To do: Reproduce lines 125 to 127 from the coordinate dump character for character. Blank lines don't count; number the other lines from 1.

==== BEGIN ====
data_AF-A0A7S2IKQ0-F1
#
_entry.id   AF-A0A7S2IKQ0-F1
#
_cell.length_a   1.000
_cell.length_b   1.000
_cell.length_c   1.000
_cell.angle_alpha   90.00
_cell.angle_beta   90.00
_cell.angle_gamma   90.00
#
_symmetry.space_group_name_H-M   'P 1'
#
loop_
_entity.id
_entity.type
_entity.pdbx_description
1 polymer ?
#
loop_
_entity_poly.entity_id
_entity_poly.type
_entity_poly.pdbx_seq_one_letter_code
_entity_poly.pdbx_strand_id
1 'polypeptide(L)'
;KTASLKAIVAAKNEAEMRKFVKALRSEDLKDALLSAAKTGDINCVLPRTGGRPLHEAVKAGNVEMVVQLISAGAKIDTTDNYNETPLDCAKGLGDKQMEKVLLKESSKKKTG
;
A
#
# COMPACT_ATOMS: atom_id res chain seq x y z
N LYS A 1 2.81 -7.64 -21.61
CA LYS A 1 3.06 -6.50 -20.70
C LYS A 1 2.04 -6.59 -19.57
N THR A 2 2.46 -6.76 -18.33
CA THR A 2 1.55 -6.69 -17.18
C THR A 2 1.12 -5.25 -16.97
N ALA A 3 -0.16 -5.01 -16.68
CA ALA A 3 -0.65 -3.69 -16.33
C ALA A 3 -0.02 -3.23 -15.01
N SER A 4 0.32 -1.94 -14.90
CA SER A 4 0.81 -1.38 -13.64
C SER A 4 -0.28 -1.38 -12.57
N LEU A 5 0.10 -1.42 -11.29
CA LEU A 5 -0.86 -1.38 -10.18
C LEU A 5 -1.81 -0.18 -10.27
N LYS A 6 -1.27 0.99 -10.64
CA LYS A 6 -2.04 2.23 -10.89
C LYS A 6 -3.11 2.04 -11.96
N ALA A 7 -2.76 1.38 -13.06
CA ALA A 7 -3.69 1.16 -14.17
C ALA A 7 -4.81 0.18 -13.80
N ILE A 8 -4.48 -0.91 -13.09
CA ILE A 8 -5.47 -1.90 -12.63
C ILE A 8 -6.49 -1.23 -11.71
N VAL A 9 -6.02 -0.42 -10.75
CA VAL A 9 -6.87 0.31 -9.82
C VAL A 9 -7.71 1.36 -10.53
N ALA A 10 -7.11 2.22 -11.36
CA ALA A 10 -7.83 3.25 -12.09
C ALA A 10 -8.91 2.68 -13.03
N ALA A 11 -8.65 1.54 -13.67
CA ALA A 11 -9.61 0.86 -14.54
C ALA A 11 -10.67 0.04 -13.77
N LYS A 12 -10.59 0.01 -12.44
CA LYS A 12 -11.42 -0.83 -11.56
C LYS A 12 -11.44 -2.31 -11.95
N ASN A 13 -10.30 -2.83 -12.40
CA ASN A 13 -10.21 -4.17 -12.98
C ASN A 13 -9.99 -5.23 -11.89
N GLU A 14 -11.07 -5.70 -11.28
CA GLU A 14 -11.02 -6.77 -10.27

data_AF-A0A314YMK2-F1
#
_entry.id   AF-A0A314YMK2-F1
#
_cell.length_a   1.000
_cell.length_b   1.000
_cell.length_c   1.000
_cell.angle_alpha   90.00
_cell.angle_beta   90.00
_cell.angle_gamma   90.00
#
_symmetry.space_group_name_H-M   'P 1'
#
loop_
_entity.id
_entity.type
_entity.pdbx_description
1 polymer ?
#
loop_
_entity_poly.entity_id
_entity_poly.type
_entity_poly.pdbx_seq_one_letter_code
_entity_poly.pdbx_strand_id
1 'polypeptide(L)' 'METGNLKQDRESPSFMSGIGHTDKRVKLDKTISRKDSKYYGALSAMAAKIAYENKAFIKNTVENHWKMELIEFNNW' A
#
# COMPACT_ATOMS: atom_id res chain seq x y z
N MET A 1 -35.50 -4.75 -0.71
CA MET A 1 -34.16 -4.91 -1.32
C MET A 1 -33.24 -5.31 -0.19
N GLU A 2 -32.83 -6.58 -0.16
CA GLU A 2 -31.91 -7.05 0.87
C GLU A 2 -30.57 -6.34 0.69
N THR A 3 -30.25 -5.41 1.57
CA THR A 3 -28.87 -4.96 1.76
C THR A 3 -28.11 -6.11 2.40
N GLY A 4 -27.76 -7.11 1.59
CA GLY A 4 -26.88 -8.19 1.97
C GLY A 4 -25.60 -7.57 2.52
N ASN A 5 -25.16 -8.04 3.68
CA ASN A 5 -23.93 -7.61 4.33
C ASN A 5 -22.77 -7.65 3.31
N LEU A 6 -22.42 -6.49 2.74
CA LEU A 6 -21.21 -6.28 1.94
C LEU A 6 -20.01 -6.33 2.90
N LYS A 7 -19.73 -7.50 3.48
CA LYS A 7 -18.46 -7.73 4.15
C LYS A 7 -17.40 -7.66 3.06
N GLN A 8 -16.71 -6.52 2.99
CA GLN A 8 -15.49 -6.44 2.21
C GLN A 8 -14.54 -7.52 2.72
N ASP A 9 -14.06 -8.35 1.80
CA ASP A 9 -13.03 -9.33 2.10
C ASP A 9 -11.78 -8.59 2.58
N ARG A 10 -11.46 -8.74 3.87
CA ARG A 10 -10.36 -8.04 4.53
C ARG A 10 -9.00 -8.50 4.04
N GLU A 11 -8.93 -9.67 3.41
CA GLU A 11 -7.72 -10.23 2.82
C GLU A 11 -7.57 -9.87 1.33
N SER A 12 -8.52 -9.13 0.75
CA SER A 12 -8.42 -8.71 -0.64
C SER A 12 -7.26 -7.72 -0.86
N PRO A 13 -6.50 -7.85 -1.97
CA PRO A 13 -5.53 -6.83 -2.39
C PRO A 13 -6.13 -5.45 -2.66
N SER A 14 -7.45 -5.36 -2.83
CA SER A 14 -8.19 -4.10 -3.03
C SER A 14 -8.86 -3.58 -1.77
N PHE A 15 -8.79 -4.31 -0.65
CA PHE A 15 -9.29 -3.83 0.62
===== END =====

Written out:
C ASP A 9 -11.78 -8.59 2.58
N ARG A 10 -11.46 -8.74 3.87
CA ARG A 10 -10.36 -8.04 4.53